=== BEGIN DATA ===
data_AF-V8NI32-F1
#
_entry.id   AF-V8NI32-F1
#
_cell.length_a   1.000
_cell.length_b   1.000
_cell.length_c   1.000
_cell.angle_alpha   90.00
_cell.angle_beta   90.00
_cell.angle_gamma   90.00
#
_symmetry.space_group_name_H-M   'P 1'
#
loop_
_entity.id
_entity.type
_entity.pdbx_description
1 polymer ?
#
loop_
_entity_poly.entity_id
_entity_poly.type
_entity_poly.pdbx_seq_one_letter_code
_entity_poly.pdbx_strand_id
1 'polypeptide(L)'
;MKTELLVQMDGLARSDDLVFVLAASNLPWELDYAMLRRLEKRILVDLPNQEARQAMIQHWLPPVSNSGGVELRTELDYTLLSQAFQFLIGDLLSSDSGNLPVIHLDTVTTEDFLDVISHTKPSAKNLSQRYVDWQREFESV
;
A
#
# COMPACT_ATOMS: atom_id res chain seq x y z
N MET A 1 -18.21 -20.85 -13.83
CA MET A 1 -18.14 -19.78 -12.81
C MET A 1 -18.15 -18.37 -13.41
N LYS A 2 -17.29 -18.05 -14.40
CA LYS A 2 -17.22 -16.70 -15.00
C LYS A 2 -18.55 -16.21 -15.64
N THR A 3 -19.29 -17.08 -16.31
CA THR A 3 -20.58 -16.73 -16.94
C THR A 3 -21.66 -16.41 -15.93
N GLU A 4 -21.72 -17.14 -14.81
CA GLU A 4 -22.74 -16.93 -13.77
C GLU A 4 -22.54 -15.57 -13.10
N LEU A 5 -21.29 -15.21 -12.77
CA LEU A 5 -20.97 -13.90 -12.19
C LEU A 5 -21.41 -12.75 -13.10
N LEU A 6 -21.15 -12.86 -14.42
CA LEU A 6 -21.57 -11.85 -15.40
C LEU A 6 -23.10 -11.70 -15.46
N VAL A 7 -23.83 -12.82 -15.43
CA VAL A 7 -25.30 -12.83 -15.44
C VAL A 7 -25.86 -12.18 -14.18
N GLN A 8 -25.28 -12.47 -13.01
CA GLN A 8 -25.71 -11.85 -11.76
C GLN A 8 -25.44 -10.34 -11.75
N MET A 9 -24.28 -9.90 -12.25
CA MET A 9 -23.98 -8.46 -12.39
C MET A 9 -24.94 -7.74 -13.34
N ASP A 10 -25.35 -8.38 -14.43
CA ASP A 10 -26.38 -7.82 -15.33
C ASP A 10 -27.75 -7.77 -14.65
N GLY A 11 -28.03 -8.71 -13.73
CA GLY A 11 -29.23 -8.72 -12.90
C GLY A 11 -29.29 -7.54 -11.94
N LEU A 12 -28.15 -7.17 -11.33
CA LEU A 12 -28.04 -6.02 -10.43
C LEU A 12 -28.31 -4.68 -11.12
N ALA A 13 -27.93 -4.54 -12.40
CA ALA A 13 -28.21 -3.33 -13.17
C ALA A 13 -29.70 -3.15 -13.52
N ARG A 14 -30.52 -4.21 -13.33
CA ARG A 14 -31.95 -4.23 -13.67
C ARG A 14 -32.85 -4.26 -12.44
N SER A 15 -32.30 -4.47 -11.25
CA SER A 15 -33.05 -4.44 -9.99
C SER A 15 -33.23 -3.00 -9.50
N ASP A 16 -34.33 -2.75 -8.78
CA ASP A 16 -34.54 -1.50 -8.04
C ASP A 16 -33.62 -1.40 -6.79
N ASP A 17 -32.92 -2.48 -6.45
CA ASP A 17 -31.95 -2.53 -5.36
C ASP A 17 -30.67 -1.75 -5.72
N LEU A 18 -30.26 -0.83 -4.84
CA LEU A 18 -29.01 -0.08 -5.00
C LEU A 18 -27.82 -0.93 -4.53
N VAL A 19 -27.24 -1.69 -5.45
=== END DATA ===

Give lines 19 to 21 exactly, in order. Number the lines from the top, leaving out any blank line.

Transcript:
#
loop_
_entity_poly.entity_id